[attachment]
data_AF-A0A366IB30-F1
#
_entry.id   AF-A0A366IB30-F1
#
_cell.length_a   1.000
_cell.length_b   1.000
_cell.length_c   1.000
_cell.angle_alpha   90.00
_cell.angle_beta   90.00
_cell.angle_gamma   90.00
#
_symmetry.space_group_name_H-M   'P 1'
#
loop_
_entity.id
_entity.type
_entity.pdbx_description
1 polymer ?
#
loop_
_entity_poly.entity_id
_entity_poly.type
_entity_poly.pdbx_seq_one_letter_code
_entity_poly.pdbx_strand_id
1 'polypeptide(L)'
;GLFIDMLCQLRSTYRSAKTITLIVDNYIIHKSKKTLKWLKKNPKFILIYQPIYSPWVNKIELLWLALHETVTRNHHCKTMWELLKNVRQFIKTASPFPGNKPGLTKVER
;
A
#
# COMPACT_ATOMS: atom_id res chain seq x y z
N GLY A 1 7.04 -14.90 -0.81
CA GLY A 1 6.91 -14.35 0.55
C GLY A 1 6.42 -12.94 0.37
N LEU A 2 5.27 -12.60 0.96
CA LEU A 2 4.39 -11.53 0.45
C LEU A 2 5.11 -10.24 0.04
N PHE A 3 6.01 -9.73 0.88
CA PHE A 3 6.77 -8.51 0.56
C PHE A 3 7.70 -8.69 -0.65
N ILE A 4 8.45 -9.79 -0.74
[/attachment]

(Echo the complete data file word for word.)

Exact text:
data_AF-A0A366IB30-F1
#
_entry.id   AF-A0A366IB30-F1
#
_cell.length_a   1.000
_cell.length_b   1.000
_cell.length_c   1.000
_cell.angle_alpha   90.00
_cell.angle_beta   90.00
_cell.angle_gamma   90.00
#
_symmetry.space_group_name_H-M   'P 1'
#
loop_
_entity.id
_entity.type
_entity.pdbx_description
1 polymer ?
#
loop_
_entity_poly.entity_id
_entity_poly.type
_entity_poly.pdbx_seq_one_letter_code
_entity_poly.pdbx_strand_id
1 'polypeptide(L)'
;GLFIDMLCQLRSTYRSAKTITLIVDNYIIHKSKKTLKWLKKNPKFILIYQPIYSPWVNKIELLWLALHETVTRNHHCKTMWELLKNVRQFIKTASPFPGNKPGLTKVER
;
A
#
# COMPACT_ATOMS: atom_id res chain seq x y z
N GLY A 1 7.04 -14.90 -0.81
CA GLY A 1 6.91 -14.35 0.55
C GLY A 1 6.42 -12.94 0.37
N LEU A 2 5.27 -12.60 0.96
CA LEU A 2 4.39 -11.53 0.45
C LEU A 2 5.11 -10.24 0.04
N PHE A 3 6.01 -9.73 0.88
CA PHE A 3 6.77 -8.51 0.56
C PHE A 3 7.70 -8.69 -0.65
N ILE A 4 8.45 -9.79 -0.74